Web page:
The Ministry of a Military Chaplain

November 25, 2014
Darrell L. Bock and Justin Roberts

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Topic Time Codes

00:14
Roberts shares about himself and his training for the military and theology.
04:56
Military and Christian; how do those two go together?
08:23
What does a chaplain do?
09:45
Dealing with the issue of separation of church and state.
12:08
The chaplain as a counselor
15:15
What issues arise for military families?
18:14
Ministering to those who experience depression and trauma
19:58
Roberts discusses The Hornet’s Nest film
22:50
How should the public respond to a film like The Hornet’s Nest?

Transcript

Dr Darrell Bock
I’m Darrell Bock, Executive Director for Cultural Engagement at the Hendricks Center and you’re here at The Table podcast where we discuss issues of God and culture. And our topic today is the military chaplaincy. Well, it’s the military chaplaincy and it’s also about movies, if you can put those two things together. My guest is Justin Roberts who graduated from the media arts program here at Dallas Theological Seminary. Welcome, Justin.
Justin Roberts
Thank you. Thank you.
Dr. Darrell Bock
Justin is a military chaplain who is stationed in Germany. In fact, he is going to go from this taping directly onto a plane and back to Germany. So we hope he gets lots of rest tonight. But he also is responsible for helping to publicize a movie called The Hornet’s Nest that will be out in DVD shortly and that is about the military experience. And so we thought we’d have Justin in to talk about the military chaplaincy, about the military and Christians in the military and kind of the mix that that represents, and let him share a little bit about that experience as a part of the kind of ministry that our grads sometimes fall into as their calling.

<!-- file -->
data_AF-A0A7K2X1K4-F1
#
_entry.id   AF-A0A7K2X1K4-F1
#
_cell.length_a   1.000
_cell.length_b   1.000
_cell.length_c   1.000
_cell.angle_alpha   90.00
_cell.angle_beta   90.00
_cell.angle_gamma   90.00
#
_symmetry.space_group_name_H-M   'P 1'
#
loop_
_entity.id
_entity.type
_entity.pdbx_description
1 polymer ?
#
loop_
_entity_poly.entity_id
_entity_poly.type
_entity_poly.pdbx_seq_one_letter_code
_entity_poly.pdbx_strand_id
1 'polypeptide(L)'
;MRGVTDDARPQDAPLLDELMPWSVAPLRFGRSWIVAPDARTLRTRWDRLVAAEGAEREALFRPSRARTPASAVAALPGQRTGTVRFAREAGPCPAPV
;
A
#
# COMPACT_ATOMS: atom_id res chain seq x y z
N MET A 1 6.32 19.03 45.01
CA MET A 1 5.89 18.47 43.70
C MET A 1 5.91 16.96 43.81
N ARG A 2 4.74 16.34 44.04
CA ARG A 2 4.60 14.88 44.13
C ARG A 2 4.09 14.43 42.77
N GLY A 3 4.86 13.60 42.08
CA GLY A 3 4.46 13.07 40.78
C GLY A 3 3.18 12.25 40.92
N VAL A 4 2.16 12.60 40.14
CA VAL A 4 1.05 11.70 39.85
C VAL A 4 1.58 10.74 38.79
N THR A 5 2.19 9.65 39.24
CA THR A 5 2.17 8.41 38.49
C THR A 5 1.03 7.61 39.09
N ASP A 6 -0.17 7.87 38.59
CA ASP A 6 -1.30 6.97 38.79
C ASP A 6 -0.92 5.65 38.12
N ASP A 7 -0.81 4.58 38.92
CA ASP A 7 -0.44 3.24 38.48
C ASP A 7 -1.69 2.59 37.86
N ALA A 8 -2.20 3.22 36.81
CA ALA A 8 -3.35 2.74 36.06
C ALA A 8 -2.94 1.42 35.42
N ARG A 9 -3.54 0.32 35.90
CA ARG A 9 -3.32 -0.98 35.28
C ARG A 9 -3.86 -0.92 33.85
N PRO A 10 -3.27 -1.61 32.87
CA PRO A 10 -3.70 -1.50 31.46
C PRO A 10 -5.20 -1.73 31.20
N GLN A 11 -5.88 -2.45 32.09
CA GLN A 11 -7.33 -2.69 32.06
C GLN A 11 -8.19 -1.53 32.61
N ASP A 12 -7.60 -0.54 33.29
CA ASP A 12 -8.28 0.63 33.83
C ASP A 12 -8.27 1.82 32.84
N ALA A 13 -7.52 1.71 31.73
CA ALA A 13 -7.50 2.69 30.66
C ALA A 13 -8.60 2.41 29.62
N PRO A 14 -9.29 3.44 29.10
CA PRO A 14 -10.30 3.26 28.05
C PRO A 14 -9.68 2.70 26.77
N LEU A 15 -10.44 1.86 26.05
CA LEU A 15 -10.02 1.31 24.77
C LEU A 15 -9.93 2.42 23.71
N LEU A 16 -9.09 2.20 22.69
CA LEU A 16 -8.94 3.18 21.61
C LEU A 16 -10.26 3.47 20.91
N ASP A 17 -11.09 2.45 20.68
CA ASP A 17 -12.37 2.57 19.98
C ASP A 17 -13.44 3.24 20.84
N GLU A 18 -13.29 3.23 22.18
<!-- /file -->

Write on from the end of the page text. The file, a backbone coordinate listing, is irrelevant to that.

Justin, tell us a little bit about yourself. First, a little bit about your training for both the military and for theology. Most people don’t put those two together quite so easily. And then how you ended up being connected to the film.
Justin Roberts
It’s funny because I know so many chaplains who play guitar and so they have that skill set. I have no musical talent. I can’t even clap and sing at the same time. But I love photography and I love film and I love writing. So when I got to DTS, I wasn’t even aware when I first came here that they had a media arts program. I wasn’t even tracking at the time. And so when I got here, I discovered that, and I was like, “That’s exactly what I want to do.” So I got a masters in biblical studies and a masters in media arts and communication.